Swimmer wouldn't say how he had accomplished the feat, though he said there was nothing supernatural about it. "Some of the spectators later said the tiny roll of paper on which the figures were written could have been hidden in a hollow key and injected into the box when it was unlocked," noted a UPI account. "But by the time they thought of it, the key was no longer available for inspection."
My mother made me a whore.
(to which someone else added)
If I give her the yarn, will she make me one too?
Question: What is 1 + 2 ?

Politician: Well, if you look at the seasonally adjusted figures, you'll find that it's reasonably in line with government predictions.

Physicist: I won't tell you until you tell me what you want to use it for.

Lawyer: It makes one and a half each.

Her boobs are too big
Strip Poker
~~~~~~~~~~~~~~~~~~~~~Timmy’s letter to Santa
Dear Santa,
How are you? How is Mrs. Claus? I hope everyone, from the reindeer to the elves, is fine. I have been a very good boy this year. I would like an X-Box 360 with Call of Duty IV and an iPhone 5 for Christmas. I hope you remember that come Christmas Day.
Merry Christmas,
Timmy Jones

* *
Dear Timmy,
Thank you for you letter. Mrs. Claus, the reindeer and the elves are all fine and thank you for asking about them. Santa is a little worried all the time you spend playing video games and texting. Santa wouldn’t want you to get fat. Since you have indeed been a good boy, I think I’ll bring you something you can go outside and play with.*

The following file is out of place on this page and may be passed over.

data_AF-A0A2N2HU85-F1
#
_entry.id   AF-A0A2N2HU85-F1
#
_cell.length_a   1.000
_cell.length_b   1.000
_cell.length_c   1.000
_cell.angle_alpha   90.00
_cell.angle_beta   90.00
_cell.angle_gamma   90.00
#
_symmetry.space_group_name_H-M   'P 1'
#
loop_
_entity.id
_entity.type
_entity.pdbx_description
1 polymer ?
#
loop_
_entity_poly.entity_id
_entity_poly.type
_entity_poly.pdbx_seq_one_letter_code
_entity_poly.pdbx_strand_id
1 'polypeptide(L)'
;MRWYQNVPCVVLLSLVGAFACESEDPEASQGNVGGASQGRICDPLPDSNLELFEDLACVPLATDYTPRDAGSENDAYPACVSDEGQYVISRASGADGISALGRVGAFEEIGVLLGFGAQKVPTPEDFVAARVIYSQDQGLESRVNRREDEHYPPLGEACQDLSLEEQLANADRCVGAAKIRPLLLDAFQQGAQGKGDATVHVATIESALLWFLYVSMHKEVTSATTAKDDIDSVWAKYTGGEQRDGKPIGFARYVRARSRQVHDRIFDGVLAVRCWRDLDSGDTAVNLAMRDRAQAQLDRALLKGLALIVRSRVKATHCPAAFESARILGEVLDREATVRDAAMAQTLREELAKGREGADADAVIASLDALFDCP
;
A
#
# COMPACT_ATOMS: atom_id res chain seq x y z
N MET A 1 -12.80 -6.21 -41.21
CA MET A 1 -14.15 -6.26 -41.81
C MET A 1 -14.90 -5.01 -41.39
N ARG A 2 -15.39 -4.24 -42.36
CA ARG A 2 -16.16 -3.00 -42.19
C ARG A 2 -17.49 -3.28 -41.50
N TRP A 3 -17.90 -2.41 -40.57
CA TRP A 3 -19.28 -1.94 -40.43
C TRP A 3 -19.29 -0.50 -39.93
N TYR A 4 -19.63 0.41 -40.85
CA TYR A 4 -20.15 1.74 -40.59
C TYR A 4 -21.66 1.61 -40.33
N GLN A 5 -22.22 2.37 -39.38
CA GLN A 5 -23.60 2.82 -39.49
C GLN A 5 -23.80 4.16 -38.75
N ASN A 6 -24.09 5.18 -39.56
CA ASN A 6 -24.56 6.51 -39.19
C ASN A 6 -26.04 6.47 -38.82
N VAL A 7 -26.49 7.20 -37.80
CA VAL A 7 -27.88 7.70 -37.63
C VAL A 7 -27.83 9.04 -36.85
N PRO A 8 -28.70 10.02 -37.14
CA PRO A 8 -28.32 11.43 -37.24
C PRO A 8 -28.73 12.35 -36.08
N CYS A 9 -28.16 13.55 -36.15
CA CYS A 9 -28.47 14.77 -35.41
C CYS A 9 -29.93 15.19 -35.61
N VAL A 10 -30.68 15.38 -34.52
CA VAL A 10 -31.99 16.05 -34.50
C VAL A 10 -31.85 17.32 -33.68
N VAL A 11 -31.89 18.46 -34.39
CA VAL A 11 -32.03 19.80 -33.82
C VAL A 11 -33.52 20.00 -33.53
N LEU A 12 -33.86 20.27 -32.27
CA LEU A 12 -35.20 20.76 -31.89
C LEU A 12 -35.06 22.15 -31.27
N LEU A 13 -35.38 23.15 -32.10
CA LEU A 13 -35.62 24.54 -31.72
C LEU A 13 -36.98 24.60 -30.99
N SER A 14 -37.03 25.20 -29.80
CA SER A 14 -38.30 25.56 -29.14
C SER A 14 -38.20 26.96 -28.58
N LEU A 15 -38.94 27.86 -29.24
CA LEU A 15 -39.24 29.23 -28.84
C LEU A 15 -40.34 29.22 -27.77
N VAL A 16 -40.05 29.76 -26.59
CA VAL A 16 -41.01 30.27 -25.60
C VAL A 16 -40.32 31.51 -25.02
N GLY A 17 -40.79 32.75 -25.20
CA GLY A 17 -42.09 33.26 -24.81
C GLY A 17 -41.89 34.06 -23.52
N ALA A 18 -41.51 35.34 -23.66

Merry Christmas,*
Santa Claus***

* *
Mr. Claus,
Seeing that I have fulfilled the “naughty vs. Nice” contract, set by you I might add, I feel confident that you can see your way clear to granting me what I have asked for. I certainly wouldn’t want to turn this joyous season into one of litigation. Also, don’t you think that a jibe at my weight coming from an overweight man who goes out once a year is a bit trite?
Tim Jones

* *
Mr. Jones,
While I have acknowledged you have met the “nice” criteria, need I remind you that your Christmas list is a request and in no way is it a guarantee of services provided. Should you wish to pursue legal action, well that is your right. Please know, however, that my attorney’s have been on retainer ever since the Burgermeister Meisterburger incident and will be more than happy to take you on in open court. Additionally, the exercise I alluded to will not only improve your health, but also improve your social skills and potentially help clear up a complexion that looks like the bottom of the Burger King fry bin most days.
Very Truly Yours,
S Claus

* *
Now look here Fat Man,
I told you what I want and I expect you to bring it. I was attempting to be polite about this but you brought my looks and my friends into this. Now you just be disrespecting me. I’m about to tweet my boys and we’re gonna be waiting for your fat a** and I’m taking my game console, my game, my phone, and whatever else I want. WHAT EVER I WANT, MAN!

* *
Listen Pizza Face,
Seriously??? You think a dude that breaks into every house in the world on one night and never gets caught sweats a skinny G-banger wannabe? “He seesyou when you’re sleeping; He knows when you’re awake”. Sound familiar, genius? You know what kind of resources I have at my disposal. I got your sh*t wired, Jack. I go all around the world and see ways to hurt people that if I described them right now, you’d throw up your Totino’s pizza roll all over the carpet of your mom’s basement. You’re not getting what you
asked for, but I’m still stopping by your crib to stomp a mud hole in you’re a** and then walk it dry. Chew on that, Petunia.
S Clizzy

* *
Dear Santa,
Bring me whatever you see fit. I’ll appreciate anything.

* *
That’s what I thought you little bastard.
Hip santa

Many scholars argue the word "vampire" is either from the Hungarian vampir or from the Turkish upior, upper, upyr meaning "witch." Other scholars argue the term derived from the Greek word "to drink" or from the Greek nosophoros meaning "plague carrier." It may also derive from the Serbian Bamiiup or the Serbo-Crotian pirati.